Dayna McKay during her send-off ceremony held last Friday.

Dayna McKay during her send-off ceremony held last Friday.

Dayna McKay reflects on swim from Prince Rupert to Lax Kw’alaams

Despite having to fight strong tides, currents and weather, Lax Kw'alaams Dayna McKay successfully completed The Journey Home.

Despite having to fight strong tides, currents and weather, Lax Kw’alaams’ Dayna McKay successfully completed The Journey Home.

McKay started the second leg of her Into the Sea Cancer Free swim in Prince Rupert last Friday and arrived on Rose Island in Lax Kw’alaams after 27 hours.

Prior to her departure from the Prince Rupert harbour, McKay said she wasn’t nervous to swim overnight for The Journey Home. McKay said she was more nervous to meet Brent Hayden, 2012 Summer Olympics bronze medal-winner in the 100 metre freestyle swim, who travelled to Prince Rupert to support McKay in her efforts. Hayden was one of many in boats following McKay in the ocean during her swim.

“I’m lending my support to Dana because I could never swim that far. I think about what I accomplished and think what she’s doing is just as important, if not more so. Being able to meet someone that is so courageous… is incredible,” Hayden said during a press conference, adding, “I think she’s awesome.”

“I’m so honour he’s here… I was nervous to meet him because I’ve watched him on TV, and now he’s here supporting me,” McKay said.

Hayden told McKay to get motivation from her nerves, saying “nervousness does not mean that you’re scared. Nervousness is what your body does to prepare to do something great. Use it as fuel to guide you to the end of this journey”.

While McKay didn’t beat her personal goal of taking less time to swim the route than her first Into the Sea Cancer Free swim, she continued to push herself throughout The Journey Home.

McKay was shaking as family and friends helped her get into her wet suit last Friday evening, with hundreds of people gathering at the Prince Rupert waterfront to see her off. As McKay entered the ocean, drummers and singers performed “The Women’s Warrior Song”.

McKay said when she was swimming from the Metlakatla Pass the currents were low and the water was calm. But after passing Jap Point, McKay said the tides began to change for the worst. Then, after passing Big Bay, McKay said the tides really started picking up.

Even after spending a full day swimming, McKay didn’t give up. Despite setbacks, McKay still made a brief stop in the water at Finlayson Island to honour those buried at the site.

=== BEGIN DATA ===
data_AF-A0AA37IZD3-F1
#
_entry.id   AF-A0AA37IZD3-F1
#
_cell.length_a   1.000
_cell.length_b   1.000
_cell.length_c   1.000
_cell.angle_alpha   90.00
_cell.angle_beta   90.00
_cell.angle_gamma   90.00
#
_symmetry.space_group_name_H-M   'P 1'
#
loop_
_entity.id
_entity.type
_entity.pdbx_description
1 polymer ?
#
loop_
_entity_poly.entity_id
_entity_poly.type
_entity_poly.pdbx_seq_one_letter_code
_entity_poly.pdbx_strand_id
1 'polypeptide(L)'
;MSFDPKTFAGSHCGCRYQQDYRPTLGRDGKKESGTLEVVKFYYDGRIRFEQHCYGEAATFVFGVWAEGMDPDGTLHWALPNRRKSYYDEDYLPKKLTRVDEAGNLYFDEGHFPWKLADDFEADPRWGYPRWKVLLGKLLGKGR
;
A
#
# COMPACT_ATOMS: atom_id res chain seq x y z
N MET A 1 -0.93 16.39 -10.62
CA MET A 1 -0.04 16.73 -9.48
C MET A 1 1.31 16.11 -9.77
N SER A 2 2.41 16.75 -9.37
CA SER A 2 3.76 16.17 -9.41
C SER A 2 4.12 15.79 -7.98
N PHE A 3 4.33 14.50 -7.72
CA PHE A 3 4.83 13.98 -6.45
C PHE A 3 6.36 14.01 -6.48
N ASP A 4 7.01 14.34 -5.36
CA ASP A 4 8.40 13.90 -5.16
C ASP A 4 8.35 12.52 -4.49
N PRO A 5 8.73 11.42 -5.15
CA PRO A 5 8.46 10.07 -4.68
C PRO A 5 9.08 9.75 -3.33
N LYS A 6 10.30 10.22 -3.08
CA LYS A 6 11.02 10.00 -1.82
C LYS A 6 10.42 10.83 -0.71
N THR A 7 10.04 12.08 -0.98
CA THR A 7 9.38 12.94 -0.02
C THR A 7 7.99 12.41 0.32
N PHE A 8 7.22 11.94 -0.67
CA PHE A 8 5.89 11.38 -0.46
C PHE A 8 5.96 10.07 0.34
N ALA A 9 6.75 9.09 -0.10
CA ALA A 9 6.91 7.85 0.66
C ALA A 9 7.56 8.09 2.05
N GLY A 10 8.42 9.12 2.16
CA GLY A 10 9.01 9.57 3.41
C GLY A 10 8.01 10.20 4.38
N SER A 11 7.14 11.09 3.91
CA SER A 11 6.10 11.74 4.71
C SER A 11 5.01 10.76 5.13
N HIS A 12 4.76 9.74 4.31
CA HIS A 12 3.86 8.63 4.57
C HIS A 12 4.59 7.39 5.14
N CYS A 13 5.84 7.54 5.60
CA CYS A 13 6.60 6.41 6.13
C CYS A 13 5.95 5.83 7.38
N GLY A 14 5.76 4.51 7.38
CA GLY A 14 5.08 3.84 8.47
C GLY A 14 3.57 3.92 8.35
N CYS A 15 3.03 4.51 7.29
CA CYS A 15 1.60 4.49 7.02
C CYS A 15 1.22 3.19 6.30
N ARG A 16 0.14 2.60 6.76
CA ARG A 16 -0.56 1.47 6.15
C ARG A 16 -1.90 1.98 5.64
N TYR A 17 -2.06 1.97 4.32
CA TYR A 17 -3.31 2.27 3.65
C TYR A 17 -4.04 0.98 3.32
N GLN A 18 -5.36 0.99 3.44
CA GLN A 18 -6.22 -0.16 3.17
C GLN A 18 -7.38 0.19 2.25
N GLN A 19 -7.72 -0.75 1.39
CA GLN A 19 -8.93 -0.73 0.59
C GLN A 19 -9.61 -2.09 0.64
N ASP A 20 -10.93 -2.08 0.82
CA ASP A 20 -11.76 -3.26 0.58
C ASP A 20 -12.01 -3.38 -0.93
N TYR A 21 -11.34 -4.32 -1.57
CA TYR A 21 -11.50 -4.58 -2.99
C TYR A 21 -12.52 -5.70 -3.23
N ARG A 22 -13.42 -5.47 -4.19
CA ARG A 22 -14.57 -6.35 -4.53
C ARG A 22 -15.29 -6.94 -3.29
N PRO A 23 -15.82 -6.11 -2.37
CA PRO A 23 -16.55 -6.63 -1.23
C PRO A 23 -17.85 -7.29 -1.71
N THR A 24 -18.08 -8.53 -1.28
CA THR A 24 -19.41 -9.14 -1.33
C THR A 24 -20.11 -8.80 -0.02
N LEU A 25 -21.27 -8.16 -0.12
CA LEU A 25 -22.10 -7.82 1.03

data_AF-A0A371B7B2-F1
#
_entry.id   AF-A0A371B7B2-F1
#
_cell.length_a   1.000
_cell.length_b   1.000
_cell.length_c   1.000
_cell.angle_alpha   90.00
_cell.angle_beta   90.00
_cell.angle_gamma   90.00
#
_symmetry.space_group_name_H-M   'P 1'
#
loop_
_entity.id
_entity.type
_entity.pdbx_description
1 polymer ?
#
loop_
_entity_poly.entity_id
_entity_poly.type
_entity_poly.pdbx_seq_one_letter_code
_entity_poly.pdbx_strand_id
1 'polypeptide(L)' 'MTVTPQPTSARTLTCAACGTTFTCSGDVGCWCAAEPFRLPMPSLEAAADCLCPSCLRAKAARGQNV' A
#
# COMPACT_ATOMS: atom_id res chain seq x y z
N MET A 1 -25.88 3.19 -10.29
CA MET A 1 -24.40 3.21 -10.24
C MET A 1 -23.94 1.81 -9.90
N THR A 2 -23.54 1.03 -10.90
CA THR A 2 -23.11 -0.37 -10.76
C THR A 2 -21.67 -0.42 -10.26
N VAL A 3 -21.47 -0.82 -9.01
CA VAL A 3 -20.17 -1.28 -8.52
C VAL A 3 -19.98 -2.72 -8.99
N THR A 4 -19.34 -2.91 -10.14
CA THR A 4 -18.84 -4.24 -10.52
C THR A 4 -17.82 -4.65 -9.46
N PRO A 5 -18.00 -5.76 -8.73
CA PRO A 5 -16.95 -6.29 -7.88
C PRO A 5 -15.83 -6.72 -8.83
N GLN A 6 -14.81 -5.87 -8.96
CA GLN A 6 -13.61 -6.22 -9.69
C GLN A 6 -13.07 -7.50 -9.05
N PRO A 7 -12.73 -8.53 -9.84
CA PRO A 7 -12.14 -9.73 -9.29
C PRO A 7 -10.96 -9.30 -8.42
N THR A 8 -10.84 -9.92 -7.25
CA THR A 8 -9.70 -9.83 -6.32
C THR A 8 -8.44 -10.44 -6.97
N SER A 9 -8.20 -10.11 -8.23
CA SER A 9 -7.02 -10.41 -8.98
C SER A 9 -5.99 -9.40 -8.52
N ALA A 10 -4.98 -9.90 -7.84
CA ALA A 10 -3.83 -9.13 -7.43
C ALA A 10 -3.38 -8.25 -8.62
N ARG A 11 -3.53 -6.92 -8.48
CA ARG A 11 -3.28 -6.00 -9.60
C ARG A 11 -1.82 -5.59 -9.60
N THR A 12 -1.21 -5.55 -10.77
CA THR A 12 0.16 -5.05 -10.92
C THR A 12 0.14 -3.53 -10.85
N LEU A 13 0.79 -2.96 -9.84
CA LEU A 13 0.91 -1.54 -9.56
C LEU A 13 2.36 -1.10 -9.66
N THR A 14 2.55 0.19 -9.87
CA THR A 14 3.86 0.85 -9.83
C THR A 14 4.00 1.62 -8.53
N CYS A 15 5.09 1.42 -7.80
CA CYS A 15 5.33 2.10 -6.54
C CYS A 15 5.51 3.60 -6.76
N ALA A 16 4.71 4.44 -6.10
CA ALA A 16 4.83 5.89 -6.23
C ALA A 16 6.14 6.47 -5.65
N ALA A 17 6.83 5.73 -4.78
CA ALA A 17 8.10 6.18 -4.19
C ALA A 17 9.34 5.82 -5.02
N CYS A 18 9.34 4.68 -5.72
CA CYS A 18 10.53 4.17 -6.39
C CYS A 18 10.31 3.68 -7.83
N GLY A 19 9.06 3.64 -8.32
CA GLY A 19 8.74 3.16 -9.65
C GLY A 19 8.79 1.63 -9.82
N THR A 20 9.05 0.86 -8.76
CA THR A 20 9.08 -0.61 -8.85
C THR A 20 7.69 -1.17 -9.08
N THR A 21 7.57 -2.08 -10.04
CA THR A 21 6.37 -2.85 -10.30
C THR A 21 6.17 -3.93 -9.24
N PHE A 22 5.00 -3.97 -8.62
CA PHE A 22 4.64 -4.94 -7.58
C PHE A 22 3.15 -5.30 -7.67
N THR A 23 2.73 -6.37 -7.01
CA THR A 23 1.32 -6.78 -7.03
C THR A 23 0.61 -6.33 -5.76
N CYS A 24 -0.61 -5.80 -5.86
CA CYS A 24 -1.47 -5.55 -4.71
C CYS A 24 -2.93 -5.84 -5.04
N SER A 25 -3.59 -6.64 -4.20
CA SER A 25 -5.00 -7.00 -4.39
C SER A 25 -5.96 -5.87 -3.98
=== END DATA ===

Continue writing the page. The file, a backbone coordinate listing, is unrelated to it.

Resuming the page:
Then, shortly before 9 p.m. on June 29, McKay was able to see the shore of Rose Island. McKay said as soon as people were visible in the distance she felt a surge of energy.

“I didn’t feel sore or tired. I just felt anxious and couldn’t wait to get to the beach,” she said.

As McKay was approaching Rose Island she noticed a number of children swimming out to her in the water.

“I was ready to burst out into tears,” she said.

“They all came up to me… I couldn’t believe it. I gave them all a high-five, we all hugged each other and made our way toward the beach.”

McKay has been a lifeguard at Lax Kw’alaams’ swimming facility for more than half a decade, and said the children who swam to her are regulars at the pool.

“It’s the kids that make me love my job,” she said.

McKay was greeted by an estimated 500 people on the beach of Rose Island, including a First Nations dance group, the Grandmothers Group, RCMP, first responders and Mayor Garry Reece.

“I was really happy with how many people were there,” McKay said.

After McKay’s arrival she and a full house of people enjoyed a feast in her honour. At the feast, McKay announced she is planning another long distance swim, this time from Lax Kw’alaams to Victoria.

The swim will require a lot of help from people around the province, with McKay expecting many meetings will be held in the future.

McKay is hoping to begin her third long distance swim in three years, aiming to raise awareness and funds to find a cure for all cancers.

McKay was touched by the disease when her uncle Bill Sampson was diagnosed with prostate cancer in 2009.

Sampson said he feels honoured knowing his niece is doing another Into the Sea Cancer Free swim for him, and credits her efforts for helping him recover from the disease.

“When I was first diagnosed with cancer, I felt like I was going to give up. When she announced she was [doing the first Into the Sea Cancer Free swim] in my honour it put me up, and made me fight,” he said.

Sampson is happy to say his cancer is currently in remission.

“I’m still feeling the effects of the chemotherapy and the radiation… the doctor’s told me it takes about a year to wear off,” he said.